Have you ever gotten the comment “more attack” from a judge at a feis? If so, you might have wondered what exactly “attack” means. Form points like cross, turnout, and keeping your arms down are easy to understand (even though they’re sometimes hard to do), but attack is more complicated. That’s because it’s really a combination of several different factors:
Judges want to see you using the whole stage, not just dancing in one place. They especially want to see you using the front of the stage, and they want to see you pushing yourself to move, not just moving wherever the choreography happens to take you. So when you practice your steps, you need to plan where you are going to move on each part, making sure that you charge to the front and use as much of the stage as possible.
Tips for improving your movement: What Do Irish Dance Judges Look For? #17—Movement
You need to look energetic when you dance, like you are giving 100% on every single move. But the end of your last step needs to be just as good, and just as energetic, as the beginning of your first step. To achieve this, you need to work on your conditioning. You also need to practice using just the right amount of effort so that you don’t use up all your energy at the beginning of your dance.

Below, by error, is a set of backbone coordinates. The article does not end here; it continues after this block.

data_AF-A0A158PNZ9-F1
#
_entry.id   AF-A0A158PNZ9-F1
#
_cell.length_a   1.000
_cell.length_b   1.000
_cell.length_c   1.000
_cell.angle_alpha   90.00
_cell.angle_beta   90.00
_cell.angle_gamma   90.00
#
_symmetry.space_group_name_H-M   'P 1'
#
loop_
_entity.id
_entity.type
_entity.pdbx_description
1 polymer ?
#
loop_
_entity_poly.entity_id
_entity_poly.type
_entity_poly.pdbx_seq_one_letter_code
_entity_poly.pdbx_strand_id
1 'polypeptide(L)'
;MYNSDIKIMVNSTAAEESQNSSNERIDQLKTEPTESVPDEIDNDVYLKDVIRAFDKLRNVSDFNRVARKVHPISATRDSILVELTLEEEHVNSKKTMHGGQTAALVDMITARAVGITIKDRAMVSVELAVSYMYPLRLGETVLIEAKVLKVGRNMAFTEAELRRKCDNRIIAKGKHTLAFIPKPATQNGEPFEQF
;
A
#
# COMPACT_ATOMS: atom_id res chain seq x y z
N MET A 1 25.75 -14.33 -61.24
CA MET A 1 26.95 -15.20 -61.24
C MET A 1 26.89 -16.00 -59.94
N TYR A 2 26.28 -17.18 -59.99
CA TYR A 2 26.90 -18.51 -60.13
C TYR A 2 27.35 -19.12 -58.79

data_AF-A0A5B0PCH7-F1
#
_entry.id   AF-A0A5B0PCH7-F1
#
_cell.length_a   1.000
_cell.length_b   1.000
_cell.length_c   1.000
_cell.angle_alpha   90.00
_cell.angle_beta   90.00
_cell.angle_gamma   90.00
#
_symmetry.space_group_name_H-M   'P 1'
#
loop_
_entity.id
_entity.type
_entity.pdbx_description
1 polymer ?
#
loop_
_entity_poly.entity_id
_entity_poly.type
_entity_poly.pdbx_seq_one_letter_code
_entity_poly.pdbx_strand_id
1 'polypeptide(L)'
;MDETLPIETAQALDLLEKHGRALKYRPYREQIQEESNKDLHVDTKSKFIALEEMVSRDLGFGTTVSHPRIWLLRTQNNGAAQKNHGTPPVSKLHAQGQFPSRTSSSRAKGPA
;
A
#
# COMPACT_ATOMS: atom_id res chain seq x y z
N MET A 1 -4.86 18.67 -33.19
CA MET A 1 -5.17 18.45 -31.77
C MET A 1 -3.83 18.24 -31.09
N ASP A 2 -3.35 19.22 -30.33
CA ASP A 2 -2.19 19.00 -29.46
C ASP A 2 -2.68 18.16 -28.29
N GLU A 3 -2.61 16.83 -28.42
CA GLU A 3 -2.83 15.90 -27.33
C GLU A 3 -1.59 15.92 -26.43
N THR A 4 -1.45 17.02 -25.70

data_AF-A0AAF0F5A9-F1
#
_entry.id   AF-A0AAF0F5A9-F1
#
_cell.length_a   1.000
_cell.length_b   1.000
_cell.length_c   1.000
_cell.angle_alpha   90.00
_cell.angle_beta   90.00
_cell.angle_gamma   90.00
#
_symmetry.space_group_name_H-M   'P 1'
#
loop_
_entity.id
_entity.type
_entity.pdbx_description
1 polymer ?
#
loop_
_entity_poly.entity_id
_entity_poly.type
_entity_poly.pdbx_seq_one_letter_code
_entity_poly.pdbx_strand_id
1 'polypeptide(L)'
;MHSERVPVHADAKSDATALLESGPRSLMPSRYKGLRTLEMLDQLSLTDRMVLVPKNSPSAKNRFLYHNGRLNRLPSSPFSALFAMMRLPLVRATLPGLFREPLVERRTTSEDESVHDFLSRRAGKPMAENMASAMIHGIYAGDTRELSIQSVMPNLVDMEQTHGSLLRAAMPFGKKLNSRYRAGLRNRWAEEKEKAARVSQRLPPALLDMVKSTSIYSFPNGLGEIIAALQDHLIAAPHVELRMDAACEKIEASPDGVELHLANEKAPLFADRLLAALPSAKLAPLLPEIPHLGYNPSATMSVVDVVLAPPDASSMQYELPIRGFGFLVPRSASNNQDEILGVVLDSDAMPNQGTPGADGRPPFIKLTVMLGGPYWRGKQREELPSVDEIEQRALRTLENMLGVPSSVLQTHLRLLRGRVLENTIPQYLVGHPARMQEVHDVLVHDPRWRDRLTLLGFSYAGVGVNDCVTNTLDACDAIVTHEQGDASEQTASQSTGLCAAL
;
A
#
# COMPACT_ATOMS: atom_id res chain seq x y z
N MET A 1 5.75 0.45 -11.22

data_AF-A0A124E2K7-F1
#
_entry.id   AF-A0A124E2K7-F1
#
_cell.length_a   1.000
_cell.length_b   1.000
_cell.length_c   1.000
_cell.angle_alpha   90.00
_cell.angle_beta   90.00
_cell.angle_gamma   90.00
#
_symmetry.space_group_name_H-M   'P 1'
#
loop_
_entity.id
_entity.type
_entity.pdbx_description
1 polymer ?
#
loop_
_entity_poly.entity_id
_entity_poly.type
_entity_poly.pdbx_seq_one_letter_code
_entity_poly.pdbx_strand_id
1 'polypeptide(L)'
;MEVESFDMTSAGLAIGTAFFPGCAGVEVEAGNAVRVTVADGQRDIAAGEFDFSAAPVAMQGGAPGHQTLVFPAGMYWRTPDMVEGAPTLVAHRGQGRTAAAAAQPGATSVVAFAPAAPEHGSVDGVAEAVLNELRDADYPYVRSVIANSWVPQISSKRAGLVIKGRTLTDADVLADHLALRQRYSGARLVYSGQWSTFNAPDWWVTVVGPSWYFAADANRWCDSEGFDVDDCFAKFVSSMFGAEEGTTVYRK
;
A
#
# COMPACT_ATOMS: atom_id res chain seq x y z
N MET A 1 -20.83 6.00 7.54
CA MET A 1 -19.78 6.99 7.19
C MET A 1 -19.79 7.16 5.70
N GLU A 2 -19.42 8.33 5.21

Tips for improving your stamina: What Do Irish Dance Judges Look For? #19—Stamina
This is a tough one. So far, the form points we’ve talked about in this “What Do Irish Dance Judges Look For?” series have been mostly physical. Confidence is mostly mental. In order to convince the judge that you are the best dancer in the competition, YOU have to believe it, too.
We’ll be talking more about confidence later, but one thing you can do right now to help you believe in yourself is write down a list of things you do well as a dancer, athlete, and competitor. Maybe you have good flexibility; write that down. Maybe you have solid timing or make loud beats in your hard shoes; write those down, too. Remind yourself in writing of all the things that are positive about your dancing, and then put the list where you will see it every day: on your bathroom mirror, or next to your bed, or in your dance bag. Whenever you have a tough practice, pull out your list and read it to yourself. Remember that for every form point that your teacher wants you to improve, there is something that you’re already good at.
It’s when you come out on stage and from the very first bar of music look energetic, aggressive, and confident. It’s when you charge toward the corners and make every movement purposeful. It’s when your last movement is just as snappy as the first one. You look like the stage belongs to you.
Think of attack as pushing. Push yourself to move more. Push your leg higher on your kick. Push your body up off the ground. Wherever your leg is supposed to move in your step, don’t let it just go there—make your muscles push it into the right place.
So keep on working on all the physical form points we’ve talked about in this series. The more you practice all these elements, the better your dancing will look, and the more you will be able to push yourself both in practice and competition.
Over the next several months, we’ll also start talking about ways to improve the mental part of your dancing: your self-confidence. If you can strengthen both the physical and mental aspects of dancing, you will be reaching your competition goals in no time.
Photo credit: deviantART Attack! Attack! by aflakhurrozi
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